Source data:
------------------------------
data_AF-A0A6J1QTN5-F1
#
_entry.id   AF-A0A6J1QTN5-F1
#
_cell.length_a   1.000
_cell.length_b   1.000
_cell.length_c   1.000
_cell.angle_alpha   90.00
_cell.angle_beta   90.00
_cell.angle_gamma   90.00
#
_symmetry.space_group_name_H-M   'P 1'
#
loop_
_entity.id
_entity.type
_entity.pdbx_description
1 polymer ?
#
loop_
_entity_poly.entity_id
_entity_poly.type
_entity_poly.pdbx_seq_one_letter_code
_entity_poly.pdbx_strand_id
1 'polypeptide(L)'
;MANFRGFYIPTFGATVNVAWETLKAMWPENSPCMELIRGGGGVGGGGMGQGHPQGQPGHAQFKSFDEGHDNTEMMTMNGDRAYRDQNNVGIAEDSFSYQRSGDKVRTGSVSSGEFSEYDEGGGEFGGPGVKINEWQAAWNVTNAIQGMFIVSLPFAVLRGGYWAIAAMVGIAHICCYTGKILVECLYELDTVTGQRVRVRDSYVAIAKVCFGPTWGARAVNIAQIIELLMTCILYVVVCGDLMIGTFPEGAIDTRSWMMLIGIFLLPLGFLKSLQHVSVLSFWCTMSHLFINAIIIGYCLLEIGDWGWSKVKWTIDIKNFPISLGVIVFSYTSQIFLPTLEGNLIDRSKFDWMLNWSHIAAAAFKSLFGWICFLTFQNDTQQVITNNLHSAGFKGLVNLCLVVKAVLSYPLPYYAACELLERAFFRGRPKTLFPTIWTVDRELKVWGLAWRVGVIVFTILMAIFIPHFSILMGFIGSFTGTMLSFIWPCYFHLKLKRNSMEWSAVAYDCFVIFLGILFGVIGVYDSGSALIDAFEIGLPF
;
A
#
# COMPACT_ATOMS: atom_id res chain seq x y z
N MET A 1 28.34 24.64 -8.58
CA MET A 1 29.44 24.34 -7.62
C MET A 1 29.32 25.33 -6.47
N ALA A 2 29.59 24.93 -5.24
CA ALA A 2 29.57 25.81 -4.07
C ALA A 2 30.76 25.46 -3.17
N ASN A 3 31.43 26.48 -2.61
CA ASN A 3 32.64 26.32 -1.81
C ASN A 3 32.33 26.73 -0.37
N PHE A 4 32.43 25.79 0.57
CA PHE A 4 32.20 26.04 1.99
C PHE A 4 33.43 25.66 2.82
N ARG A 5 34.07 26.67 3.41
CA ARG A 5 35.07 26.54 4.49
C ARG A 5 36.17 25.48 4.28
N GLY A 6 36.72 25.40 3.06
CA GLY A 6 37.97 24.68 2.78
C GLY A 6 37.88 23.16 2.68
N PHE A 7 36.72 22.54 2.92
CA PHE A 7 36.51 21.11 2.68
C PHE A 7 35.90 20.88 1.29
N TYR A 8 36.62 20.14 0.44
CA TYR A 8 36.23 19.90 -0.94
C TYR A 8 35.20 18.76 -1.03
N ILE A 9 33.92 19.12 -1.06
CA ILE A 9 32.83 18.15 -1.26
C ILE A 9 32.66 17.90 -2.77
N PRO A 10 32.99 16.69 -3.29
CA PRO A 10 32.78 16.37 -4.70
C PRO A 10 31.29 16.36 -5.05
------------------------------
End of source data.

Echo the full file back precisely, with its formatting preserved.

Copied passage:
data_AF-A0A6J1QTN5-F1
#
_entry.id   AF-A0A6J1QTN5-F1
#
_cell.length_a   1.000
_cell.length_b   1.000
_cell.length_c   1.000
_cell.angle_alpha   90.00
_cell.angle_beta   90.00
_cell.angle_gamma   90.00
#
_symmetry.space_group_name_H-M   'P 1'
#
loop_
_entity.id
_entity.type
_entity.pdbx_description
1 polymer ?
#
loop_
_entity_poly.entity_id
_entity_poly.type
_entity_poly.pdbx_seq_one_letter_code
_entity_poly.pdbx_strand_id
1 'polypeptide(L)'
;MANFRGFYIPTFGATVNVAWETLKAMWPENSPCMELIRGGGGVGGGGMGQGHPQGQPGHAQFKSFDEGHDNTEMMTMNGDRAYRDQNNVGIAEDSFSYQRSGDKVRTGSVSSGEFSEYDEGGGEFGGPGVKINEWQAAWNVTNAIQGMFIVSLPFAVLRGGYWAIAAMVGIAHICCYTGKILVECLYELDTVTGQRVRVRDSYVAIAKVCFGPTWGARAVNIAQIIELLMTCILYVVVCGDLMIGTFPEGAIDTRSWMMLIGIFLLPLGFLKSLQHVSVLSFWCTMSHLFINAIIIGYCLLEIGDWGWSKVKWTIDIKNFPISLGVIVFSYTSQIFLPTLEGNLIDRSKFDWMLNWSHIAAAAFKSLFGWICFLTFQNDTQQVITNNLHSAGFKGLVNLCLVVKAVLSYPLPYYAACELLERAFFRGRPKTLFPTIWTVDRELKVWGLAWRVGVIVFTILMAIFIPHFSILMGFIGSFTGTMLSFIWPCYFHLKLKRNSMEWSAVAYDCFVIFLGILFGVIGVYDSGSALIDAFEIGLPF
;
A
#
# COMPACT_ATOMS: atom_id res chain seq x y z
N MET A 1 28.34 24.64 -8.58
CA MET A 1 29.44 24.34 -7.62
C MET A 1 29.32 25.33 -6.47
N ALA A 2 29.59 24.93 -5.24
CA ALA A 2 29.57 25.81 -4.07
C ALA A 2 30.76 25.46 -3.17
N ASN A 3 31.43 26.48 -2.61
CA ASN A 3 32.64 26.32 -1.81
C ASN A 3 32.33 26.73 -0.37
N PHE A 4 32.43 25.79 0.57
CA PHE A 4 32.20 26.04 1.99
C PHE A 4 33.43 25.66 2.82
N ARG A 5 34.07 26.67 3.41
CA ARG A 5 35.07 26.54 4.49
C ARG A 5 36.17 25.48 4.28
N GLY A 6 36.72 25.40 3.06
CA GLY A 6 37.97 24.68 2.78
C GLY A 6 37.88 23.16 2.68
N PHE A 7 36.72 22.54 2.92
CA PHE A 7 36.51 21.11 2.68
C PHE A 7 35.90 20.88 1.29
N TYR A 8 36.62 20.14 0.44
CA TYR A 8 36.23 19.90 -0.94
C TYR A 8 35.20 18.76 -1.03
N ILE A 9 33.92 19.12 -1.06
CA ILE A 9 32.83 18.15 -1.26
C ILE A 9 32.66 17.90 -2.77
N PRO A 10 32.99 16.69 -3.29
CA PRO A 10 32.78 16.37 -4.70
C PRO A 10 31.29 16.36 -5.05